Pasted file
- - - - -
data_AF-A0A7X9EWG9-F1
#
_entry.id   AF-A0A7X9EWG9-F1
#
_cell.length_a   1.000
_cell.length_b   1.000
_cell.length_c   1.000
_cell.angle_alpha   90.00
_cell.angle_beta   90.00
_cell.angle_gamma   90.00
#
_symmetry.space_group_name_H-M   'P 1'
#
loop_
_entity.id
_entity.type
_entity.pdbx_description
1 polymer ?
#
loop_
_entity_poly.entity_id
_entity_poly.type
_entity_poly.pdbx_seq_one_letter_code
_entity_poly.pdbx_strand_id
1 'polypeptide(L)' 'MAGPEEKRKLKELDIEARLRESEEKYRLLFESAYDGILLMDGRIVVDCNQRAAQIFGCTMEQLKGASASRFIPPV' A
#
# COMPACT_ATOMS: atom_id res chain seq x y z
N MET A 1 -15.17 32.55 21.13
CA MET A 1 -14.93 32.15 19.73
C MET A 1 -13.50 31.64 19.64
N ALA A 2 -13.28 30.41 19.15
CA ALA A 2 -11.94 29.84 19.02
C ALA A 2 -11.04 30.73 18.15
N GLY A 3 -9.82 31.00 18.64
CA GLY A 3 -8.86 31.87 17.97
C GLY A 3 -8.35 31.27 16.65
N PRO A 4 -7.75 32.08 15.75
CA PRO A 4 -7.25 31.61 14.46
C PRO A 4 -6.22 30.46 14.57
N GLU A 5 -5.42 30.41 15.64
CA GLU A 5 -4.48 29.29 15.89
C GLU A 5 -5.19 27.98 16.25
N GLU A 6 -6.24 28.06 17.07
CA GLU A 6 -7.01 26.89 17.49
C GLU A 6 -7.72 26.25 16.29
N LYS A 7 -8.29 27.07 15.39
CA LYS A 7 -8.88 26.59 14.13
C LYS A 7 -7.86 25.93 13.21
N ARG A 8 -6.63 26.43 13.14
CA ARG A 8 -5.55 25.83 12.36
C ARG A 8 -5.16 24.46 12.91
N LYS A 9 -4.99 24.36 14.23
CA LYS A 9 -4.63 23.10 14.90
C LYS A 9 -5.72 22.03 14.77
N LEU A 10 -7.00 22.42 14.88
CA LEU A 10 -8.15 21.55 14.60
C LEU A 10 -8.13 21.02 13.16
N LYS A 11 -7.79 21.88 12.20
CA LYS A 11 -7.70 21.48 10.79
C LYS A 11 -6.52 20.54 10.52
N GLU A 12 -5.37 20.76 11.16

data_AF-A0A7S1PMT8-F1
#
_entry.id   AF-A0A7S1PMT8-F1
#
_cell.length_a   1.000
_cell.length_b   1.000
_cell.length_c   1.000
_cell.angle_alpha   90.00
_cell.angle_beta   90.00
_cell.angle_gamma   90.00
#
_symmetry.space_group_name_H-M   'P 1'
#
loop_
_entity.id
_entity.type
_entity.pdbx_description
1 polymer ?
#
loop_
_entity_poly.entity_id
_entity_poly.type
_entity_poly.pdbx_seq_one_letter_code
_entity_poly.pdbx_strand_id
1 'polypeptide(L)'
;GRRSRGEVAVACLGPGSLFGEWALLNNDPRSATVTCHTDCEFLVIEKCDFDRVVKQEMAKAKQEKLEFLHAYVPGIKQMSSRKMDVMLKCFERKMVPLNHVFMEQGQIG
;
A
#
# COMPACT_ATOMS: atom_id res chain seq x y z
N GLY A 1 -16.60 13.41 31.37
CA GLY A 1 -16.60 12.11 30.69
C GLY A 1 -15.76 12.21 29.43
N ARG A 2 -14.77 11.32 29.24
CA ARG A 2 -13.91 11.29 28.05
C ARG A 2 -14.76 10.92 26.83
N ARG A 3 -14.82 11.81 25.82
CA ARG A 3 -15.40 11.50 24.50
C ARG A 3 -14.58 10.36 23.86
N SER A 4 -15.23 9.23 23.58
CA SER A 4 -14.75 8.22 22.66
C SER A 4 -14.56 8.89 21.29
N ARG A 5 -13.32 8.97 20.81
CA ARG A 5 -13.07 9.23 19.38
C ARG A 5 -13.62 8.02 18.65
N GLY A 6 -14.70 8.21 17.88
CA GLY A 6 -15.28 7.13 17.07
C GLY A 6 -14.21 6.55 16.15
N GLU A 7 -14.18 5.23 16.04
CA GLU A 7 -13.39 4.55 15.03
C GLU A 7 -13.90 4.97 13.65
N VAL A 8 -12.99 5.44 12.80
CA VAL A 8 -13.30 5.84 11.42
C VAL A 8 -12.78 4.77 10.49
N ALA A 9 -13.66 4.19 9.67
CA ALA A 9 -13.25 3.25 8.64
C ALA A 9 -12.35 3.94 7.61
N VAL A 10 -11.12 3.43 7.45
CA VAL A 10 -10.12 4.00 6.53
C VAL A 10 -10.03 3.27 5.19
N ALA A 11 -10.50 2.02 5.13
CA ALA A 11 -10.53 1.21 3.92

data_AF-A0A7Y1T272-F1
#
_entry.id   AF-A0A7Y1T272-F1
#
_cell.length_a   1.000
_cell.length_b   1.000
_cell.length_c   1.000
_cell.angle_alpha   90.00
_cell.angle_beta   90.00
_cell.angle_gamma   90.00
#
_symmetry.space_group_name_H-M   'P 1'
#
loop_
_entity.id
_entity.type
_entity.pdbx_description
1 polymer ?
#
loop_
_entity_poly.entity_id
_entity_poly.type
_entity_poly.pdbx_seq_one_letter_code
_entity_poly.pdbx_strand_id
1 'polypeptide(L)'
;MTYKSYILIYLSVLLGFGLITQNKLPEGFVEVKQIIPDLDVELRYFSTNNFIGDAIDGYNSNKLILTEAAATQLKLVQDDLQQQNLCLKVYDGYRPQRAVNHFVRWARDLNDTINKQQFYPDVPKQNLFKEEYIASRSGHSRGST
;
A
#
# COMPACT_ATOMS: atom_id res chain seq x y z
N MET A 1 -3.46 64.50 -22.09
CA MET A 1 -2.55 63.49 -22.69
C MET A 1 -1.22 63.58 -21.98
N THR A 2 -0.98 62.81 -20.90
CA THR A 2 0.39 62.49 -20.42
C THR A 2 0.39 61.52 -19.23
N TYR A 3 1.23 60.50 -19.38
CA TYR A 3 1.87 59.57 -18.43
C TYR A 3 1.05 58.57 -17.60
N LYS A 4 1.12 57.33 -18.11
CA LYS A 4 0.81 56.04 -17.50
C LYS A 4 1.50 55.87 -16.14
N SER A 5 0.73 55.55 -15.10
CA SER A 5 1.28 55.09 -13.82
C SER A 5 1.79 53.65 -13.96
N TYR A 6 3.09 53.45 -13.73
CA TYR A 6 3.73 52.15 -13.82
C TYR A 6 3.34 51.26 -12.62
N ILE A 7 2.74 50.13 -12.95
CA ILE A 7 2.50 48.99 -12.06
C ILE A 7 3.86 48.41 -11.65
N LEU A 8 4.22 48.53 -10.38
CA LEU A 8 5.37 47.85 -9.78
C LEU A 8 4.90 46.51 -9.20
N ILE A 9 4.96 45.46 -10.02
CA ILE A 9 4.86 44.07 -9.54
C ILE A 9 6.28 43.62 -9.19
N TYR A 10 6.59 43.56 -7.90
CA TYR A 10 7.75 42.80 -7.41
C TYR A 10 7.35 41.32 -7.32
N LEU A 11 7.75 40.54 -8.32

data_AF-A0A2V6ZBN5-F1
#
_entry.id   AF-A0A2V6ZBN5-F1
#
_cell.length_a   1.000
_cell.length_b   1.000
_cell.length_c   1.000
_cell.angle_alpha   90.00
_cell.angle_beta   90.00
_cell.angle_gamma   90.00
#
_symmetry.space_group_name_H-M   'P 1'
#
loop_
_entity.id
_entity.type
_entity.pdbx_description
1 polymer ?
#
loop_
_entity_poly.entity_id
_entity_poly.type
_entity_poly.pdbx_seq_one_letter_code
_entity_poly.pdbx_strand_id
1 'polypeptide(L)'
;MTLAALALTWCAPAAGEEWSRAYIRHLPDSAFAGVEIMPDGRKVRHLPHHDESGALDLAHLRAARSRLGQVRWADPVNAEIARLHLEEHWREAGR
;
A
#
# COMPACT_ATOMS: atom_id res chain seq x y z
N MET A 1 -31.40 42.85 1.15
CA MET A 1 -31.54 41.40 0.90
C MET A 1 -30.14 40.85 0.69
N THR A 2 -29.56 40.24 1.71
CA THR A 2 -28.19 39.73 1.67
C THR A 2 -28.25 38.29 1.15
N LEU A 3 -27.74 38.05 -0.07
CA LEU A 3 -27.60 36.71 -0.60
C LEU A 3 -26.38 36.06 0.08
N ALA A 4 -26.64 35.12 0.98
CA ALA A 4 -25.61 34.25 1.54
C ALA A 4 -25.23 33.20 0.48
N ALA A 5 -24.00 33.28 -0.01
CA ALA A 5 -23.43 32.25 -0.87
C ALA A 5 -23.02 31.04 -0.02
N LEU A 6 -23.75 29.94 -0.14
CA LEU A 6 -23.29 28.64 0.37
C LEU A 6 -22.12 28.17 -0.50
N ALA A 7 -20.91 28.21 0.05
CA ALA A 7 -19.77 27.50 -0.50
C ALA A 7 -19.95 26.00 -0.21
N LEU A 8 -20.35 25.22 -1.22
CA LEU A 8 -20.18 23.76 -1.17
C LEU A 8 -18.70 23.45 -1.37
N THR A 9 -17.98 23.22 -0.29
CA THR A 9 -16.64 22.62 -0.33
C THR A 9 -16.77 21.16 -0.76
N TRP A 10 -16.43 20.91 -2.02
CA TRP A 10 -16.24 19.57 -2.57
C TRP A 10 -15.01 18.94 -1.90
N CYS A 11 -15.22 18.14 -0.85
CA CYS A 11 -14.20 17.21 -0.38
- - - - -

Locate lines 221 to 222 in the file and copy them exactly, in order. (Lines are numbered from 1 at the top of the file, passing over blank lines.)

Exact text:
N LEU A 3 -27.74 38.05 -0.07
CA LEU A 3 -27.60 36.71 -0.60